Outside of a complete computer meltdown, there’s probably only one thing computers owners fear more: calling technical support.

Known to make the toughest of hombres break out in a cold sweat, and cause Mafia hit men to run screaming, being sentenced to call tech support is reputed to be a fate worse than death.

After 35 years in the I.T. and computer repair business, believe me, I understand why people will do almost anything to avoid calling tech support.

Whether it’s calling Internet service providers like Cox or AT&T, computer manufacturers like Apple or Dell, or even software companies like Microsoft, there seems to be an almost universal, built-in disconnect between customers and tech support providers. Whether it’s being subjected to endless, inane questions to “verify” who you are, to tech support “experts” with impossible to understand foreign accents, the humiliation and denigration that most customers endure is inexcusable. I would say it’s downright insulting.

Even so, many times you have no choice but to suck it up and tolerate the abuse. You can’t fix a bad Internet connection, or repair their lousy software; only they can, so you are literally at their mercy. How you approach a tech support call will determine two things: does your problem actually end up being solved, and, can you maintain your emotional health and sanity during the process? Here are my tips on how to actually get what you need from a tech support call.

(1) Stay calm, cool, collected, polite, patient, courteous and positive. I have been party to hundreds of tech support calls made by myself or my customers. For many people, by the time they call tech support, they are tired, frustrated, confused and angry; they’ve got a chip on their shoulder from the get-go, and the support session immediately has a bad start.

I recently witnessed one of my customers yell and scream at the poor tech support slob from Dell in such a vicious, hostile way that I thought he was going to have an apoplectic stroke. Keep it calm and polite, and you will increase your likelihood of success.

(2) Don’t volunteer needless historical details. Don’t tell stories about when you bought the computer, how much it cost, how it used to operate, what you use it for, or even when it started to misbehave. None of those things matter. All those things waste time, and can confuse your tech support helper. It doesn’t matter what your computer was like a year ago, a month ago, or even yesterday. All that matters is, what is the computer doing right now?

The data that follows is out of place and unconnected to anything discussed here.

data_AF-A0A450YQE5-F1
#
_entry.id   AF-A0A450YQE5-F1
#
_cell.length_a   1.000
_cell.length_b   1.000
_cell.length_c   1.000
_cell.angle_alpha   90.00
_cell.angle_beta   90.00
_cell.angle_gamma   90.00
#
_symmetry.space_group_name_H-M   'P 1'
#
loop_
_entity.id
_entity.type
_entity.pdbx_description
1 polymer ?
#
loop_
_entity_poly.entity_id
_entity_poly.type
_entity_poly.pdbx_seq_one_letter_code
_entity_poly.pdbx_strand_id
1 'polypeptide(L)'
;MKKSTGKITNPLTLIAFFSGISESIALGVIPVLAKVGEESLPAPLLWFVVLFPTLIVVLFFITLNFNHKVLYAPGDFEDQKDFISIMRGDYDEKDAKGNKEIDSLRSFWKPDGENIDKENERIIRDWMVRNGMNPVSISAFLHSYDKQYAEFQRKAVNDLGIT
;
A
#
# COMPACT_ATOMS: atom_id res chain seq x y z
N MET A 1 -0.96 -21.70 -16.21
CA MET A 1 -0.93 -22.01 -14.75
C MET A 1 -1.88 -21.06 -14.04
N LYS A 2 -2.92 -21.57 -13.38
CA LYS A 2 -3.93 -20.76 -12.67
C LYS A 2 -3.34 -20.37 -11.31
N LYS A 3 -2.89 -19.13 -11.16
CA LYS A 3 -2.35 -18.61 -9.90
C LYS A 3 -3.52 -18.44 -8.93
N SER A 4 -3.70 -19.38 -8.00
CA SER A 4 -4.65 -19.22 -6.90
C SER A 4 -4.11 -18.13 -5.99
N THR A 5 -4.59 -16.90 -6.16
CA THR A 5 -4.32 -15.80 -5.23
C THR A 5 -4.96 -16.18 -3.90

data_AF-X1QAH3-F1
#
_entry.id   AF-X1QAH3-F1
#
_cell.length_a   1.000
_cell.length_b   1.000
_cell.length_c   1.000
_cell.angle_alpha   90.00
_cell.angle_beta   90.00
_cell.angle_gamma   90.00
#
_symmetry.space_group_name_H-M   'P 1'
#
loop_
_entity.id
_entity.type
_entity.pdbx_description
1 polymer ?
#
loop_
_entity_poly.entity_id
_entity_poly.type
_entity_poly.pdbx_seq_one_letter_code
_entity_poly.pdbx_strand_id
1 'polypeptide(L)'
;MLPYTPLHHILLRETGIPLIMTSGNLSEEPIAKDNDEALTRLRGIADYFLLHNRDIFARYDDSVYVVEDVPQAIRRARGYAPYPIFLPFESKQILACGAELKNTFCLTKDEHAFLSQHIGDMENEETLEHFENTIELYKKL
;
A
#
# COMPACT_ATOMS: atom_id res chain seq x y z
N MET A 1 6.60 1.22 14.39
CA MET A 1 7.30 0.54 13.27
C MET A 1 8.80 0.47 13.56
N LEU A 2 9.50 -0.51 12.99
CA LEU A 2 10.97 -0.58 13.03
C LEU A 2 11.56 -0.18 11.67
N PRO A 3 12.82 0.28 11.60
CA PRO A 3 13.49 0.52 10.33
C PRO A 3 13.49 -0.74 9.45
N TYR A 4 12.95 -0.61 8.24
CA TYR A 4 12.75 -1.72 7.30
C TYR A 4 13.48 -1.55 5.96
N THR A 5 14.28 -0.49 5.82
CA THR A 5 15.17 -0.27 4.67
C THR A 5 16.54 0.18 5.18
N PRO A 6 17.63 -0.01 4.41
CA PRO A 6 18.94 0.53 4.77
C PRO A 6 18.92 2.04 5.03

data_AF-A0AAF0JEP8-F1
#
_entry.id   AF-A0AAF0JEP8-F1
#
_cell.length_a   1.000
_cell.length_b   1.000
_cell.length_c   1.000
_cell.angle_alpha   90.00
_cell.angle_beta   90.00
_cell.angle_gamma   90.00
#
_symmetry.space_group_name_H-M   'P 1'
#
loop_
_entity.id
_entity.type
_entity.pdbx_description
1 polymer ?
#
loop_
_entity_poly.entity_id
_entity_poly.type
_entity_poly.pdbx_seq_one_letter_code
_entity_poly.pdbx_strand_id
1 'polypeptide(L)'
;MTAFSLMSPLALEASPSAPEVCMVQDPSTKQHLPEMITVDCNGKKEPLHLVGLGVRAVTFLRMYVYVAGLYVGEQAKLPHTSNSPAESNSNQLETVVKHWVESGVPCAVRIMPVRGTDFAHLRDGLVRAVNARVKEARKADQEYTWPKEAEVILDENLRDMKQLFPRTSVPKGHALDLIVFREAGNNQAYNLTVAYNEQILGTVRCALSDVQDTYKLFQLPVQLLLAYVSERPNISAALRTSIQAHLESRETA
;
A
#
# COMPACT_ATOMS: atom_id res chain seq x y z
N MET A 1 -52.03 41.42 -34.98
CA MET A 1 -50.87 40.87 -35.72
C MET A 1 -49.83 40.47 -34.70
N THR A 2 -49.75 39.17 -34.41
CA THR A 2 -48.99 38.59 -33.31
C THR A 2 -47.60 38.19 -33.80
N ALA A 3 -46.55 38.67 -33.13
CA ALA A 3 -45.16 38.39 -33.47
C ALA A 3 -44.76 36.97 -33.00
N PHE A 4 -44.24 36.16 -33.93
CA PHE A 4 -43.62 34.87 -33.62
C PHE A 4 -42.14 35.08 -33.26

(3) Prepare a short, clear and concise description of your problem before you call. Be as specific as possible. If you have seen error messages on your screen, write down what they say. Error messages have a purpose, and they often contain clues that lead to a solution. You need to tell your tech support helper exactly, precisely, word-for-word what the error message said. Calling up and saying, “Oh, I saw this message that said something or other, and I clicked it off,” doesn’t help anyone.

(4) One problem at a time. Don’t tell your tech support helper about a problem, and then immediately describe other problems.

Describe the one major problem you are having, and don’t embellish it with what you think is the problem is, or other problems you have seen. Give them time to work on one problem at a time. Don’t confuse things by piling on a big list of problems.

(5) Realize that when you call tech support, the first people you talk to probably don’t really know much about fixing computer problems. All they know is what they have been trained to know, which is on two big lists they have been trained to walk you through.

The two lists are (a) the list of most commonly reported problems, and, (b) the list of most commonly successful solutions. Don’t expect them to be computer brainiacs just because they work for a huge tech company.

Be patient, and let them walk you through what they have been trained to do. If your problem is strange enough, it will be escalated to a higher support “tier,” where you might get to interact with actual computer experts.

Realize also that they probably don’t actually work for the company you are calling. Most tech companies out-source their tech support to foreign, third-party tech support sweatshops located thousands of miles away. I hate it, you hate it, everybody hates it, but that’s how things work these days, so we just roll with it and do the best we can.

(6) Take care of the basics before you call. One of my favorite cartoons is an old Dilbert cartoon, where Dilbert’s co-worker Alice has been banished to work on a farm because she pesters I.T. support too much.

In the last panel, there’s poor Alice, working on the farm, in a conversation with a cow. The cow tells her, “Seriously, even a cow knows you should try rebooting before calling tech support.”

So please, restart your computer, and your router, and your modem before calling tech support; it’s amazing the things you can fix by taking care of the basics.